“The next time some hack tries to argue that the War in Afghanistan was the “good war,” just remember Shakespeare’s old line about life being a “Tale told by an idiot, full of sound and fury, signifying nothing.” Much like his jog through the deserts of Iraq, former President Bush’s War in Afghanistan lost sight of the real enemy: jihadist terror networks in favor of an unpalatable regime (in this case, the Taliban).”
Brandon J. Weichert spoke with the ERA Institute’s Erik Khzmalyan on his “Eurasia Unveiled” podcast discussing the War in Afghanistan.
Brandon J. Weichert writes at American Greatness: “For all of the talk of victory, the president offered nothing new, at least strategically, that would achieve that goal.”
“What we’re doing right now is a recipe for endless war. If a political solution to the conflict with the Taliban is the desired end goal, why waste time on this song-and-dance with increasing troops and giving it two years?”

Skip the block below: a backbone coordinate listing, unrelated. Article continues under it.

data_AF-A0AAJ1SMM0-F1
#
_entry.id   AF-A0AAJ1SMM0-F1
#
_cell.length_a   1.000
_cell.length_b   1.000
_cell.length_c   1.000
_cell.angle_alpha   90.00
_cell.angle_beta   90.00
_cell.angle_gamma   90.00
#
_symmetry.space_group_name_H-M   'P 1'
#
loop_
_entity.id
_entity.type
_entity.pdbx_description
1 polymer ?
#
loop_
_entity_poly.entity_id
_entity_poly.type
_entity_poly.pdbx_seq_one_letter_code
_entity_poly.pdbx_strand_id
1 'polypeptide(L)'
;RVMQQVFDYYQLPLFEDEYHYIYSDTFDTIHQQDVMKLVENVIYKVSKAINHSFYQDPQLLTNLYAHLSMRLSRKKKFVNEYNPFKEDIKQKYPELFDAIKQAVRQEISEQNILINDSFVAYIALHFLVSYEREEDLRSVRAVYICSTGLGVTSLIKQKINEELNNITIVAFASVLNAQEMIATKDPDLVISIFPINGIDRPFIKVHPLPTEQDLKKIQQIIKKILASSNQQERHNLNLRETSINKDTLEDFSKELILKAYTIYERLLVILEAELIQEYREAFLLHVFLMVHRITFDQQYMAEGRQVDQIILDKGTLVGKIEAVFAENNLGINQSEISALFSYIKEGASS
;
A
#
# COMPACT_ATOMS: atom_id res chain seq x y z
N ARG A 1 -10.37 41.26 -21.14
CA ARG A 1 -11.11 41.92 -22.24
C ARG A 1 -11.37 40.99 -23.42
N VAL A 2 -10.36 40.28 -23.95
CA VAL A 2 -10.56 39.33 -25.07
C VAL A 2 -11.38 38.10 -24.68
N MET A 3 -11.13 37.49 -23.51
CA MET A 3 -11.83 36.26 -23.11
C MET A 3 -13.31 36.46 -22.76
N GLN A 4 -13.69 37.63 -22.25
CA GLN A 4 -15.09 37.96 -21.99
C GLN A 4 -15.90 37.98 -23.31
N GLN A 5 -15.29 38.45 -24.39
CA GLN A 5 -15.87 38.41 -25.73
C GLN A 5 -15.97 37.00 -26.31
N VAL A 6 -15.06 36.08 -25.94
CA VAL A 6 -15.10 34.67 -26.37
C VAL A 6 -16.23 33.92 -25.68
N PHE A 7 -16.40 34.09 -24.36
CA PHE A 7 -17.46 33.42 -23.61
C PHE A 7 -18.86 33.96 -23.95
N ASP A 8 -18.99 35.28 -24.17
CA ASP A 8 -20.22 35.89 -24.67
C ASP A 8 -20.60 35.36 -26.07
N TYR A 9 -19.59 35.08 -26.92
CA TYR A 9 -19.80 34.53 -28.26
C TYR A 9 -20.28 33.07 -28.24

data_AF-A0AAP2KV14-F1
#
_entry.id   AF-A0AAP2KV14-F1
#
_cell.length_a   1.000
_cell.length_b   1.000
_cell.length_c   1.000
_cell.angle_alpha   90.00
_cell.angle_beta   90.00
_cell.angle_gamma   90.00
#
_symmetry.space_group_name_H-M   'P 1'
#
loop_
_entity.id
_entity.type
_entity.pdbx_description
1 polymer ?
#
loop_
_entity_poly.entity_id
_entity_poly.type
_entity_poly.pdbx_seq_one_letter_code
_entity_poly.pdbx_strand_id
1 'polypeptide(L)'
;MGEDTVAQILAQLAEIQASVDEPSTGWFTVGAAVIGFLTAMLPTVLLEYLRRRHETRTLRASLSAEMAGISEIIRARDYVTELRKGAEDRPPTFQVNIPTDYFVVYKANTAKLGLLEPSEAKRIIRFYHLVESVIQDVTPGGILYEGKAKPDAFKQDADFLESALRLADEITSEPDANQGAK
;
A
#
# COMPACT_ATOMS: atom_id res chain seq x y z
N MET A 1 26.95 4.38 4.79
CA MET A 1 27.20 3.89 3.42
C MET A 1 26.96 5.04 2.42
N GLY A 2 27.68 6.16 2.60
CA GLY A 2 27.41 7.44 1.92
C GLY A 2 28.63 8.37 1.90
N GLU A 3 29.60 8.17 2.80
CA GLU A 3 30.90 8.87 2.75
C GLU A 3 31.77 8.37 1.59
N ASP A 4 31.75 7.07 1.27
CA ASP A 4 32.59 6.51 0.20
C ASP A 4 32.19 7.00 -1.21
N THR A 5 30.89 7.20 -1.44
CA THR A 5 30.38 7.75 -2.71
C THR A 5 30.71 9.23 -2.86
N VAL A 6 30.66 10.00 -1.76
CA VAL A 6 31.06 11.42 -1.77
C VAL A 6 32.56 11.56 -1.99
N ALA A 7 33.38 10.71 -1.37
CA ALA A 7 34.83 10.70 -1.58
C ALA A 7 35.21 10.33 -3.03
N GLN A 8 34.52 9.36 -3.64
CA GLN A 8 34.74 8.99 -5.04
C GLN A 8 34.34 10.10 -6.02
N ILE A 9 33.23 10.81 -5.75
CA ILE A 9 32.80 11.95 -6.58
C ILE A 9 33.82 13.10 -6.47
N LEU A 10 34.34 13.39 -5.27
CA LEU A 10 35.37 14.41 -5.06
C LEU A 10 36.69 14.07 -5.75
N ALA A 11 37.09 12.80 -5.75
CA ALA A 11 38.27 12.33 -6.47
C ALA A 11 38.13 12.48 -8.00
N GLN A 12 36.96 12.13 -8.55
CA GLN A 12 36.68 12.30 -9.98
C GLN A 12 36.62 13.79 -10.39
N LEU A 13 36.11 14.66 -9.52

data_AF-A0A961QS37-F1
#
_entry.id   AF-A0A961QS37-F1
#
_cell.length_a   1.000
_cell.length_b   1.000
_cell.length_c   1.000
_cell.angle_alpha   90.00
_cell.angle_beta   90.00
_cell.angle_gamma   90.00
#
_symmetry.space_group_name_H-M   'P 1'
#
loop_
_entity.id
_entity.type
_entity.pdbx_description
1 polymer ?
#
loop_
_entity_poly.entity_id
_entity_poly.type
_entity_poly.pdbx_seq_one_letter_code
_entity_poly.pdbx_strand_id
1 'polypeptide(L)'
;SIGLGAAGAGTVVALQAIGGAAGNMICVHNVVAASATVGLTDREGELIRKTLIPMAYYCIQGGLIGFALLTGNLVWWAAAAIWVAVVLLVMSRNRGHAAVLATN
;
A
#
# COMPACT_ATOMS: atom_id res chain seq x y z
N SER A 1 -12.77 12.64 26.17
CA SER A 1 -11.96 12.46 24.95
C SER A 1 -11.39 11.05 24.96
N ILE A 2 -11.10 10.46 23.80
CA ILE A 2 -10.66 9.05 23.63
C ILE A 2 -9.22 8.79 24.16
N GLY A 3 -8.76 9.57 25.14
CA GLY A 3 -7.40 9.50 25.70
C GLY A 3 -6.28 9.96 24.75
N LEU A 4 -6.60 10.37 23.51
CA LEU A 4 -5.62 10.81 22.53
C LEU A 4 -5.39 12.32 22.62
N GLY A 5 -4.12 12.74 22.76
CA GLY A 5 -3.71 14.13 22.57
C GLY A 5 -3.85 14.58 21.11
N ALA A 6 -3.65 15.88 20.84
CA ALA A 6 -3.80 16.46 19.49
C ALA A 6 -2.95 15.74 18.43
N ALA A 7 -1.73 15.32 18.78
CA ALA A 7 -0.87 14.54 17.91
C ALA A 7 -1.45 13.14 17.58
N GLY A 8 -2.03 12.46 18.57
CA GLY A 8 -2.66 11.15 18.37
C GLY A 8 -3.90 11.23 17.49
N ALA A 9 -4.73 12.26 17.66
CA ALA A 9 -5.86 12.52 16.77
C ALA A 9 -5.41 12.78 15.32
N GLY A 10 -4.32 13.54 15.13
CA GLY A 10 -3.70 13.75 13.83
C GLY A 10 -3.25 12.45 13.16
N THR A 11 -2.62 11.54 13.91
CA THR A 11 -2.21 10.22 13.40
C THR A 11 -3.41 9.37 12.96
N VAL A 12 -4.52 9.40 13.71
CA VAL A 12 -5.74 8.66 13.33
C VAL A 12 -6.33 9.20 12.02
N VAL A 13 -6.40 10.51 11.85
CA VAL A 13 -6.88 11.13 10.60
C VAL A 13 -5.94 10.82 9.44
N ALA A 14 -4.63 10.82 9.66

National security expert, Brandon J. Weichert, discusses U.S. foreign policy in the Mideast.
Consistent military victories will rejuvenate America’s image in Afghanistan. We will return to the status of being the stronger tribe. Once that happens, real headway can be made in ending America’s commitment there.
On the eve of the sixth anniversary of the Bin Laden Raid in Pakistan, I offer a contrarian assessment of the effectiveness of that raid at American Greatness.
In my most recent article at American Greatness, I assert that China is taking the vast natural resources of Afghanistan–and empowering the Taliban in the process. Read on to find out more
Here is my next article at American Greatness. In a follow-up piece to my article on America’s need to exit Afghanistan by using India, I address how Russia’s increased presence in Afghanistan could complicate that strategy and how to make Russia work with the Trump Administration in its goal of winning the War in Afghanistan and bringing the troops home.
The ongoing Mosul Offensive is proceeding well, but the Islamic State is not going anywhere for a while. In Afghanistan, the Taliban are fighting to retake the vital Helmand Province with renewed vigor, as the U.S. continues to drawdown. The fact that the Islamic State can easily find refuge in Syria and that the Taliban seem poised to retake operational control over Afghanistan means that the U.S. is on the losing side of an eroding stalemate in the Global War on Terror. This essay addresses these concerns and articulates a general way forward.